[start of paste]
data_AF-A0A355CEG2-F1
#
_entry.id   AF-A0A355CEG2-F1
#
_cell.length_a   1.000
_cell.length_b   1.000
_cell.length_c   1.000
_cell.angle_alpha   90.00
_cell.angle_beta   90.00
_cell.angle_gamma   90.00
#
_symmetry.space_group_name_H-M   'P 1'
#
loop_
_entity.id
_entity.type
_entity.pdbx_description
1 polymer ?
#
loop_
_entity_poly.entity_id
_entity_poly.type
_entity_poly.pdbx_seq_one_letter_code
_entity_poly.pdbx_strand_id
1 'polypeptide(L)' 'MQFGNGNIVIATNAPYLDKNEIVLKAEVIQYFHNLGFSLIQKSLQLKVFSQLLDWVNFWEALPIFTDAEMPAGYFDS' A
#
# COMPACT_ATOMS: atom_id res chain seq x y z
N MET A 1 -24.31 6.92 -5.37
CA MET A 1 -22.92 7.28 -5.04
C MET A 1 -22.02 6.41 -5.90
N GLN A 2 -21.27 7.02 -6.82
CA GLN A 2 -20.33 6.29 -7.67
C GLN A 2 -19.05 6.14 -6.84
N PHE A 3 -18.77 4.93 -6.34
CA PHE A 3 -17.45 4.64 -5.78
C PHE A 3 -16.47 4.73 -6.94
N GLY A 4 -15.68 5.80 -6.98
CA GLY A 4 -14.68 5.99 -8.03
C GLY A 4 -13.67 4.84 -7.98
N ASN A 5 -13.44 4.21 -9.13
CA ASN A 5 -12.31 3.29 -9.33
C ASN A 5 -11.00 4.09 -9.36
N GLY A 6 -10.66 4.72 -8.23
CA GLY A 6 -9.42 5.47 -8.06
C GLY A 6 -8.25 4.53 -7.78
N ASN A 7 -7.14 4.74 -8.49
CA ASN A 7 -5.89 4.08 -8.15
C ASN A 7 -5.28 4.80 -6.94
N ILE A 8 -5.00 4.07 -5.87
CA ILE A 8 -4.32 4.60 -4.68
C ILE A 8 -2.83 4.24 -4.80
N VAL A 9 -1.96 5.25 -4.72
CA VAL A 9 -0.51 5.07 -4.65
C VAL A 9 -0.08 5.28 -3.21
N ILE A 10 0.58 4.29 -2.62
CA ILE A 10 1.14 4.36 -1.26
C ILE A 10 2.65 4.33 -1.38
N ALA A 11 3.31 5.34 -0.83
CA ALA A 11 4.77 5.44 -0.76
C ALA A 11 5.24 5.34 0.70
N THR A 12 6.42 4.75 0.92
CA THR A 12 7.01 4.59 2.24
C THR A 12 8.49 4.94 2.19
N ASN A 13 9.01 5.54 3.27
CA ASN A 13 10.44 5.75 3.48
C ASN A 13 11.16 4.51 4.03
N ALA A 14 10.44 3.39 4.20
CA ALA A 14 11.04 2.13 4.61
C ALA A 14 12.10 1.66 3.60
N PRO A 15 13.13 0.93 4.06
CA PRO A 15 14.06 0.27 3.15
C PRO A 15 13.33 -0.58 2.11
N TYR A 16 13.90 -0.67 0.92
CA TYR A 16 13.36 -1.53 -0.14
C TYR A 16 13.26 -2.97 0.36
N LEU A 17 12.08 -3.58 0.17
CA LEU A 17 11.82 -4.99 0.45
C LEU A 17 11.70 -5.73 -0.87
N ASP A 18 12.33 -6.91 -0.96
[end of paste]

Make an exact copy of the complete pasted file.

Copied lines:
data_AF-A0A355CEG2-F1
#
_entry.id   AF-A0A355CEG2-F1
#
_cell.length_a   1.000
_cell.length_b   1.000
_cell.length_c   1.000
_cell.angle_alpha   90.00
_cell.angle_beta   90.00
_cell.angle_gamma   90.00
#
_symmetry.space_group_name_H-M   'P 1'
#
loop_
_entity.id
_entity.type
_entity.pdbx_description
1 polymer ?
#
loop_
_entity_poly.entity_id
_entity_poly.type
_entity_poly.pdbx_seq_one_letter_code
_entity_poly.pdbx_strand_id
1 'polypeptide(L)' 'MQFGNGNIVIATNAPYLDKNEIVLKAEVIQYFHNLGFSLIQKSLQLKVFSQLLDWVNFWEALPIFTDAEMPAGYFDS' A
#
# COMPACT_ATOMS: atom_id res chain seq x y z
N MET A 1 -24.31 6.92 -5.37
CA MET A 1 -22.92 7.28 -5.04
C MET A 1 -22.02 6.41 -5.90
N GLN A 2 -21.27 7.02 -6.82
CA GLN A 2 -20.33 6.29 -7.67
C GLN A 2 -19.05 6.14 -6.84
N PHE A 3 -18.77 4.93 -6.34
CA PHE A 3 -17.45 4.64 -5.78
C PHE A 3 -16.47 4.73 -6.94
N GLY A 4 -15.68 5.80 -6.98
CA GLY A 4 -14.68 5.99 -8.03
C GLY A 4 -13.67 4.84 -7.98
N ASN A 5 -13.44 4.21 -9.13
CA ASN A 5 -12.31 3.29 -9.33
C ASN A 5 -11.00 4.09 -9.36
N GLY A 6 -10.66 4.72 -8.23
CA GLY A 6 -9.42 5.47 -8.06
C GLY A 6 -8.25 4.53 -7.78
N ASN A 7 -7.14 4.74 -8.49
CA ASN A 7 -5.89 4.08 -8.15
C ASN A 7 -5.28 4.80 -6.94
N ILE A 8 -5.00 4.07 -5.87
CA ILE A 8 -4.32 4.60 -4.68
C ILE A 8 -2.83 4.24 -4.80
N VAL A 9 -1.96 5.25 -4.72
CA VAL A 9 -0.51 5.07 -4.65
C VAL A 9 -0.08 5.28 -3.21
N ILE A 10 0.58 4.29 -2.62
CA ILE A 10 1.14 4.36 -1.26
C ILE A 10 2.65 4.33 -1.38
N ALA A 11 3.31 5.34 -0.83
CA ALA A 11 4.77 5.44 -0.76
C ALA A 11 5.24 5.34 0.70
N THR A 12 6.42 4.75 0.92
CA THR A 12 7.01 4.59 2.24
C THR A 12 8.49 4.94 2.19
N ASN A 13 9.01 5.54 3.27
CA ASN A 13 10.44 5.75 3.48
C ASN A 13 11.16 4.51 4.03
N ALA A 14 10.44 3.39 4.20
CA ALA A 14 11.04 2.13 4.61
C ALA A 14 12.10 1.66 3.60
N PRO A 15 13.13 0.93 4.06
CA PRO A 15 14.06 0.27 3.15
C PRO A 15 13.33 -0.58 2.11
N TYR A 16 13.90 -0.67 0.92
CA TYR A 16 13.36 -1.53 -0.14
C TYR A 16 13.26 -2.97 0.36
N LEU A 17 12.08 -3.58 0.17
CA LEU A 17 11.82 -4.99 0.45
C LEU A 17 11.70 -5.73 -0.87
N ASP A 18 12.33 -6.91 -0.96